Tuesday, 18 March 2008
Rabbi William Kloner's Message
Dr. Navras Jaat Aafreedi at the Shrine of the Book in Jerusalem, Israel with the Knesset, the Israeli parliament, in distant background
The Truth, January 5, 2007, Vol. XCV, No. 2787
The scientific discovery of DNA in establishing beyond doubt the identity of an individual has revolutionized the solving of criminal cases. Criminals have been convicted who would have escaped the consequence of their evil deeds. DNA has come to the rescue of innocent victims of the law, even escaping capitol punishment. Yes, we rejoice that DNA has become a major player in the cause of justice.
DNA has been introduced into the long standing discussion and debate, “Who is a Jew”. Defining Jewishness has been critical in determining who has the right to become a citizen of Israel. The rabbinical establishment in Israel still holds sway in defining Jewishness according to their religious criteria. Long standing rabbinic communal contentions will be saved for a future message.
Novel claims of Jewishness have been brought to the fore by the introduction of DNA. About six years ago, a Mr. Haedrich, a Christian, while plodding through the Auschwitz Concentration Camp Memorial was struck, as he put it, by the “serendipitous feeling” that he might be Jewish. To satisfy this urge, this “epiphany” bordering apparently on obsession, he resorted to a DNA testing procedure. It confirmed he did indeed conform genetically to a “pedigree of Ashkenazi Polish Jews”. On the basis of his DNA report, Mr. Haedrich, a 44 year old successful nursing home director, applied for citizenship in the state of Israel under the Law of Return. Pleading his cause, Mr. Haedrich took out ads in Israeli and United States papers. He established “The Jewish by DNA Research Institute” to help others claiming to be Jewish on biological grounds. Though one might marvel that Mr. Haedrich would claim his “DNA biological Jewishness” in seeking Israeli citizenship, one would think he could resolve the issue and achieve his “Jewish goal” by simply converting. “As a matter of principle,” replied Mr. Haedrich, he will not convert because “he is already Jewish”.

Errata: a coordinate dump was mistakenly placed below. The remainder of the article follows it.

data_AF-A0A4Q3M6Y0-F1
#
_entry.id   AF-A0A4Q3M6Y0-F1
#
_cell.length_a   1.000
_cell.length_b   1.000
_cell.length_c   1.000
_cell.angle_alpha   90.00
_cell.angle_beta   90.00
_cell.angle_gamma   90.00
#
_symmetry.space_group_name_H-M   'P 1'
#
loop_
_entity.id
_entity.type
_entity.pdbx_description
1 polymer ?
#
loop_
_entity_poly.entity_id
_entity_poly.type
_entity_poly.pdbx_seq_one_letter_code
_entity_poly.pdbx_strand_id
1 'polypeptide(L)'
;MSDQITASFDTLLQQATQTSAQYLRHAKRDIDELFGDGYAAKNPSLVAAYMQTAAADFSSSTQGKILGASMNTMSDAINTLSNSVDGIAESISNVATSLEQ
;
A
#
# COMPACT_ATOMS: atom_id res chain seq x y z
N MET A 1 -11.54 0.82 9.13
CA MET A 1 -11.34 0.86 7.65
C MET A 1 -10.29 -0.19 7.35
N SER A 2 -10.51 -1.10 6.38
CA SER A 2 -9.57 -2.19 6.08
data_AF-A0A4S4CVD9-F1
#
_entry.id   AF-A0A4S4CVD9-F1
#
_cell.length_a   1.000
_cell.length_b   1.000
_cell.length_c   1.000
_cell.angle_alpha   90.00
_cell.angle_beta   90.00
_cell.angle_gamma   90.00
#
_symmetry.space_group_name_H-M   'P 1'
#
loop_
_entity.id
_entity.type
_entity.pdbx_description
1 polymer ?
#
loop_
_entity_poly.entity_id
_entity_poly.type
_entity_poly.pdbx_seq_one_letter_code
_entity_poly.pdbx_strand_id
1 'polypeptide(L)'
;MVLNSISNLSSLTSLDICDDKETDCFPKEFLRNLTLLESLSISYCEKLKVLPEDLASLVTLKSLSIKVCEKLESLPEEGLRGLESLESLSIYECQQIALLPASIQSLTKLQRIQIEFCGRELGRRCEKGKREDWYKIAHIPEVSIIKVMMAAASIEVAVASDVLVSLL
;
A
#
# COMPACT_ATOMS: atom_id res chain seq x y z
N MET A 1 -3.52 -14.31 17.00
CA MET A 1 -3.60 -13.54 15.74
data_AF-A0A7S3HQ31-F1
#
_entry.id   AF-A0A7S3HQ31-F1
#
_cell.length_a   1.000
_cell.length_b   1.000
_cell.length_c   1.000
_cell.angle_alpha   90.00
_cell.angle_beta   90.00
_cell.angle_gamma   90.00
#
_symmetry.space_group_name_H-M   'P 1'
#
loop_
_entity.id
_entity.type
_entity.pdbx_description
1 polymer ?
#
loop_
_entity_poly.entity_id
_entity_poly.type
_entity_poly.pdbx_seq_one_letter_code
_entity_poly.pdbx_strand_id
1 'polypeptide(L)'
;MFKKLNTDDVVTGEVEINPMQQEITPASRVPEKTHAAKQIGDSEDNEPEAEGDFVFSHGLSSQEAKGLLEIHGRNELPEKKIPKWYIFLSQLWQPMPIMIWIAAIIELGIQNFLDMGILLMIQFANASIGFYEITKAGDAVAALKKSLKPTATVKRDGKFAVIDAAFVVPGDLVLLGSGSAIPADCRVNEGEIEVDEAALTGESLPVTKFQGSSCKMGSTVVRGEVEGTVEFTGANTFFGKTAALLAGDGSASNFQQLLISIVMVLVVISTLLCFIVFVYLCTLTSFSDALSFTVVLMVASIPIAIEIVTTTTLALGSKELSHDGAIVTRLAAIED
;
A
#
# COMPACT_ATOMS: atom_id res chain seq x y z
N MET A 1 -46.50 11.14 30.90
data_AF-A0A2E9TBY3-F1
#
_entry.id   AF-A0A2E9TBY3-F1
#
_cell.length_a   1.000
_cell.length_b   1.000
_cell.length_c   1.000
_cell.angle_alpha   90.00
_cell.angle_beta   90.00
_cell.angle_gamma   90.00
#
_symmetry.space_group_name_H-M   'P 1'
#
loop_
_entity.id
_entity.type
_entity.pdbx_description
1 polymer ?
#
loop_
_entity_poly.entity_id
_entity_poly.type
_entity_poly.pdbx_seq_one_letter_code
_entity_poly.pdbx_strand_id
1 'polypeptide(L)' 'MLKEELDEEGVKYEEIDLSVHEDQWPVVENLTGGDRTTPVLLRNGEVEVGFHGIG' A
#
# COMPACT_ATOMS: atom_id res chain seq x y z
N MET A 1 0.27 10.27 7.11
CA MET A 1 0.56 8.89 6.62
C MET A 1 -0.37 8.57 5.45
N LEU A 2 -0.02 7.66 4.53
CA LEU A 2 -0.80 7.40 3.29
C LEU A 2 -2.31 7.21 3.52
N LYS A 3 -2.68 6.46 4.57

Not surprisingly, the Israeli government denied his petition on the grounds that DNA does not prove Jewish identity. Nevertheless, Mr. Haedrich remains undeterred in his battle for “DNA Jewishness”.
Apparently, the DNA Jewish “epiphany” has not been restricted to a Christian from California, Mr. Haedrich. As far away as northern India, there has arisen the genetic link proposed by Dr. Navras Jaat Aafreedi. He has researched a link between Muslim Aafreedi Pathans and one of the 10 lost Tribes of Israel. Dr. Aafreedi has pursued this improbable genetic link in a scientific manner as a PhD researcher at the Tel Aviv University. He has pursued the possible Israelite decent among certain Indian Muslim groups. Dr. Aafreedi’s published work proposes that 650 out of 1500 members of his tribe may possess genetic material shared by 40 percent of Jews worldwide. How dramatic is the academic claim based on genetic DNA, that an Indian Moslem clan, no less, is the possible lost tribe of Ephraim?
Whereas the Christian Mr. Haedrich from California found his Jewish “epiphany” in Auschwitz, Dr. Aafreedi, a PhD historian, was introduced to his “Jewishness” by an uncle who told him as a child of their family and tribal connection to the Israelites. Tribal descendants, after settling in a hostile Muslim environment, lost their traditions. Surely, Dr. Aafreedi has aroused a Jewish DNA hornet’s nest, the stinging emissions of which he must surely have anticipated. Muslims being told they are really, Israelites, Jewish? Stinging remarks from “Moslem Jews” were ready at hand. “There were those who looked at my research as a Zionist conspiracy against Islam, said Dr. Aafreedi. “They felt I was trying to deprive Islam of its bravest followers by converting them to Judaism, attempting to convince them their Jewish heritage was just another forum of conversion”.
This “DNA Jewish” factor is an irony touched with humor, but the more serious aspects of “Who is a Jew” and the genetic factor will be explored further in a later Truth issue. In the meantime, some Jewish humor makes a subtle but significant point. A Jewish business executive on a trip to Japan, as was his practice in New York, sought out a Japanese synagogue for his Sabbath observance. Happily, he found a wonderful Sabbath service, the Hebrew and the ritual just like his service at home with one exception. All the worshippers were oriental in appearance with excellent Hebrew recitation and participation. Wishing to introduce himself as a Jew from New York City, he approached the rabbi. The rabbi gladly wished him a “good Shabos” and remarked, “Strange you don’t look Jewish.”